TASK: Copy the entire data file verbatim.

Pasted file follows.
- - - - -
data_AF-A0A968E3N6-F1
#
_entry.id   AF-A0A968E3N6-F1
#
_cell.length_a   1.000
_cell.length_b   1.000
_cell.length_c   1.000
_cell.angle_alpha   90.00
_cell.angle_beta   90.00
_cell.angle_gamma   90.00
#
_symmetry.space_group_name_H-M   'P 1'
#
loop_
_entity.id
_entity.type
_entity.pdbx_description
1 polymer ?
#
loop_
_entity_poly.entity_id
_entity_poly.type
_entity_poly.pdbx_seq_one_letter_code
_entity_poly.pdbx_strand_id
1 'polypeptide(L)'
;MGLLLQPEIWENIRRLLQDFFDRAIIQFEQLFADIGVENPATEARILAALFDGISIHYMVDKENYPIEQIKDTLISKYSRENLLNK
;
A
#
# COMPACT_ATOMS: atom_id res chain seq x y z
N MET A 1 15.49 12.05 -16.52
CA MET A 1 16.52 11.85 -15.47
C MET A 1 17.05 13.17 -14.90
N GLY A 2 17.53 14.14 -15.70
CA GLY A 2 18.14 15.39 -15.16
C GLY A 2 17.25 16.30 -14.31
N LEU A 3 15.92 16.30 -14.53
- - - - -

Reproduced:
data_AF-A0A968E3N6-F1
#
_entry.id   AF-A0A968E3N6-F1
#
_cell.length_a   1.000
_cell.length_b   1.000
_cell.length_c   1.000
_cell.angle_alpha   90.00
_cell.angle_beta   90.00
_cell.angle_gamma   90.00
#
_symmetry.space_group_name_H-M   'P 1'
#
loop_
_entity.id
_entity.type
_entity.pdbx_description
1 polymer ?
#
loop_
_entity_poly.entity_id
_entity_poly.type
_entity_poly.pdbx_seq_one_letter_code
_entity_poly.pdbx_strand_id
1 'polypeptide(L)'
;MGLLLQPEIWENIRRLLQDFFDRAIIQFEQLFADIGVENPATEARILAALFDGISIHYMVDKENYPIEQIKDTLISKYSRENLLNK
;
A
#
# COMPACT_ATOMS: atom_id res chain seq x y z
N MET A 1 15.49 12.05 -16.52
CA MET A 1 16.52 11.85 -15.47
C MET A 1 17.05 13.17 -14.90
N GLY A 2 17.53 14.14 -15.70
CA GLY A 2 18.14 15.39 -15.16
C GLY A 2 17.25 16.30 -14.31
N LEU A 3 15.92 16.30 -14.53